Lauren Pederson

Renieblas, Spain: Summer, 2017

     With the generous award I received from the Quigley family and their newly established Quigley Endowment, I was able to participate in the Proyecto Arqueológico Renieblas (PAR) in Renieblas, Spain, and visit the Museo Arqueológico Nacional in Madrid. Co-directed by Dr. Alicia Jiménez of Duke University and Dr. Jésus Bermejo of York University, PAR is an excavation project aimed towards understanding the Roman camps at Renieblas, their chronology, and their role in the conquest of the Iberian Peninsula. Dr. Jiménez is the professor who originally sparked my interest in archaeology, and it has been an honor to continue working alongside her. This was my second consecutive season as a part of PAR, and my goals for this time in Madrid and Renieblas were to increase my archaeological fieldwork experience and further my studies of archaeology, history, and culture by studying artifacts firsthand. 
     My first day in Spain was spent exploring the Museo Arqueológico Nacional. Equipped with my English guidebook, I set off through the many floors and exhibits to see how much I could learn in one day. While my original plan was to immediately seek out La Dama de Elche, I quickly veered off course upon the realization that there was an entire exhibit dedicated to coins. During the final week of the PAR 2016 season, another member of the team and I uncovered a Roman coin, so I was eager to compare photos of last summer’s find to the museum’s collection. Connections to my coursework also kept entering my mind. Watching visitors excitedly interacting with digital displays and using virtual reality devices reminded me of my Virtual Museums course. We spent the semester discussing the future of museums and the transformative effects of incorporating new technologies into exhibits, and it was rewarding to see how applicable and impactful this type of work could be.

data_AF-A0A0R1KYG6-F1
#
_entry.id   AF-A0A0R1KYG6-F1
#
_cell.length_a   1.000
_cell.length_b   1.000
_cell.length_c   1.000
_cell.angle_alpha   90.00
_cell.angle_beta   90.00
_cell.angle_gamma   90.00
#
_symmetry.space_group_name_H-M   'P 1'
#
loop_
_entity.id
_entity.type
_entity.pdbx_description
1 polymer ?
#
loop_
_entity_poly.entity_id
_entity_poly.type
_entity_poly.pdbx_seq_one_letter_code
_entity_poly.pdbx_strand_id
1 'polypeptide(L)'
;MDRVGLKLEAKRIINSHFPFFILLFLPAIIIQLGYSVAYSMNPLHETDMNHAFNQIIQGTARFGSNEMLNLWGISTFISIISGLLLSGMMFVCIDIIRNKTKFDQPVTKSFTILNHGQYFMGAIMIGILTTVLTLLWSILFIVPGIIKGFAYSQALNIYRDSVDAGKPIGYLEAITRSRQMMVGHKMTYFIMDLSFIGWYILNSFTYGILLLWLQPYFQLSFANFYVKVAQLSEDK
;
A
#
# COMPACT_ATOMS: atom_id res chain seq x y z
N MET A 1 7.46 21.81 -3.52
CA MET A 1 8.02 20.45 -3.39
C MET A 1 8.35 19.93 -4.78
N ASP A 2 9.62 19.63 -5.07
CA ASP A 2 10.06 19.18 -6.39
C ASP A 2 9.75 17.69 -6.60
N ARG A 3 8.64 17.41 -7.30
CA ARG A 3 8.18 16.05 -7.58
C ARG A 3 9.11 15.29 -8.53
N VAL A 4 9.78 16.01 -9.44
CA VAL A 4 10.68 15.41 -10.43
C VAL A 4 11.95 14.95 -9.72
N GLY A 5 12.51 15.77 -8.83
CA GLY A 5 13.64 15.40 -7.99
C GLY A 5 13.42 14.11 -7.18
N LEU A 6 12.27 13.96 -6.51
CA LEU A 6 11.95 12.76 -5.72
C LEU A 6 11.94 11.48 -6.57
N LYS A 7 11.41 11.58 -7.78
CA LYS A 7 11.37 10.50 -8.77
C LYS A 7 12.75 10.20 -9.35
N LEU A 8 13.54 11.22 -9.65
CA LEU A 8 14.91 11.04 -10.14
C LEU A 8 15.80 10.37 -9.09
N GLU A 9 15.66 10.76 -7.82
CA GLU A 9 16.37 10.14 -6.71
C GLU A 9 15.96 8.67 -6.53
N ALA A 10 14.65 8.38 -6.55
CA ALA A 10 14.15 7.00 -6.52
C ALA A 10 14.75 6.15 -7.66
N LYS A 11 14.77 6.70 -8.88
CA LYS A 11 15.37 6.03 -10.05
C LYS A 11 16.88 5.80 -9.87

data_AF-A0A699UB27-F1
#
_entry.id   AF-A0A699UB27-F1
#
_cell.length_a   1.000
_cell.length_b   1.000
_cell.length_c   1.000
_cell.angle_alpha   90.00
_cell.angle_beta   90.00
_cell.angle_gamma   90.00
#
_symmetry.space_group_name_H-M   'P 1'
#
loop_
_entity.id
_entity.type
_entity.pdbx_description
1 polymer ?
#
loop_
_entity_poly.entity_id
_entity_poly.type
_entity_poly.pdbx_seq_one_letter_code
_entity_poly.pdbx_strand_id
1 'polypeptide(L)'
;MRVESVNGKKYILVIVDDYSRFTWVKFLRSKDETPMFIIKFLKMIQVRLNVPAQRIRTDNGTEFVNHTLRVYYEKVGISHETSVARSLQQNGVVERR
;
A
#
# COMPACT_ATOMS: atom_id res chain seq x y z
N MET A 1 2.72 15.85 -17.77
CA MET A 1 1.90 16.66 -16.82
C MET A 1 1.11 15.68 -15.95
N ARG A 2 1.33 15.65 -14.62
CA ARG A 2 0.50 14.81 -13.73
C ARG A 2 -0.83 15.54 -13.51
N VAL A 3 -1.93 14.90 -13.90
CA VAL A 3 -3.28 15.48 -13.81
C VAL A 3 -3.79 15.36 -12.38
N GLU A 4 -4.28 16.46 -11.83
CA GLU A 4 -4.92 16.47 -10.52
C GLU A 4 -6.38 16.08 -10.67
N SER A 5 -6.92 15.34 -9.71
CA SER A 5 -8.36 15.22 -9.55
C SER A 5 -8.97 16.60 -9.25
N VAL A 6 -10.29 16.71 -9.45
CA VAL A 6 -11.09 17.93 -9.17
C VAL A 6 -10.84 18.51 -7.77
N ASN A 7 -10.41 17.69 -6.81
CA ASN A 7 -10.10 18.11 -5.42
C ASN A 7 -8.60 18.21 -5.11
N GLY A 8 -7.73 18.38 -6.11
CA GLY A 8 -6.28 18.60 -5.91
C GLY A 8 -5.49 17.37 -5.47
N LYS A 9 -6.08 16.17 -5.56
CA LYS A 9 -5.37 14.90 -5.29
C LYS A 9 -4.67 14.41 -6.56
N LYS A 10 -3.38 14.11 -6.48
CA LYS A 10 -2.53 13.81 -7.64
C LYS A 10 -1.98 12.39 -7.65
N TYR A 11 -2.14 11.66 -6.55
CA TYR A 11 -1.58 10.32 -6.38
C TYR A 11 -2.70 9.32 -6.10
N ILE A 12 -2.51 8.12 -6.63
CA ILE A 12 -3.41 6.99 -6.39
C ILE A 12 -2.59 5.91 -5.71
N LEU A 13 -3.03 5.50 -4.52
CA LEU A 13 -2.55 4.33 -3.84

The remainder of my time in Spain was spent working with the PAR 2017 team. Both the physical vastness and historical complexity of Renieblas make it a unique site to study and dig. Apart from Adolf Schulten, a German archaeologist who excavated in the early twentieth century, the site has remained untouched, apart from looters, until PAR. Renieblas contains the remains of several camps used by the Roman army, however the order in which they were constructed and utilized is unknown, making our work towards establishing a chronology monumental. Although I was unable to stay for the entirety of the 2017 season, our PAR team made significant progress while I was on site. We began by analyzing maps, LIDAR images, and aerial photographs before conducting geophysical surveys to determine trench locations. I spent three days working with one of my colleagues to metal-detect sections of the camps and mark the locations of potential material finds. Once our trenches were established, we took the first of many trench photos; due to the destructive nature of archaeology documentation is essential. During my last full day of work in Renieblas, we opened one of our trenches and I assisted Dr. Jiménez with photogrammetry work. Our efforts with photogrammetry will allow us to hopefully reconstruct the entire dig virtually by creating 3D models of each layer of the trench. Following my departure, the team was able to open a second trench, and over the course of the season they made exciting discoveries that will be described in further detail in the future by Dr. Jiménez and Dr. Bermejo.
     Since taking a course with Dr. Jiménez during my first semester at Duke, I have sought out as many archaeology related experiences as I can find, but nothing can compare to the opportunity to actually do fieldwork in a field that interests you. Without the Quigley Endowment, my experiences of working with PAR and visiting the Museo Arqueológico Nacional would not have been possible.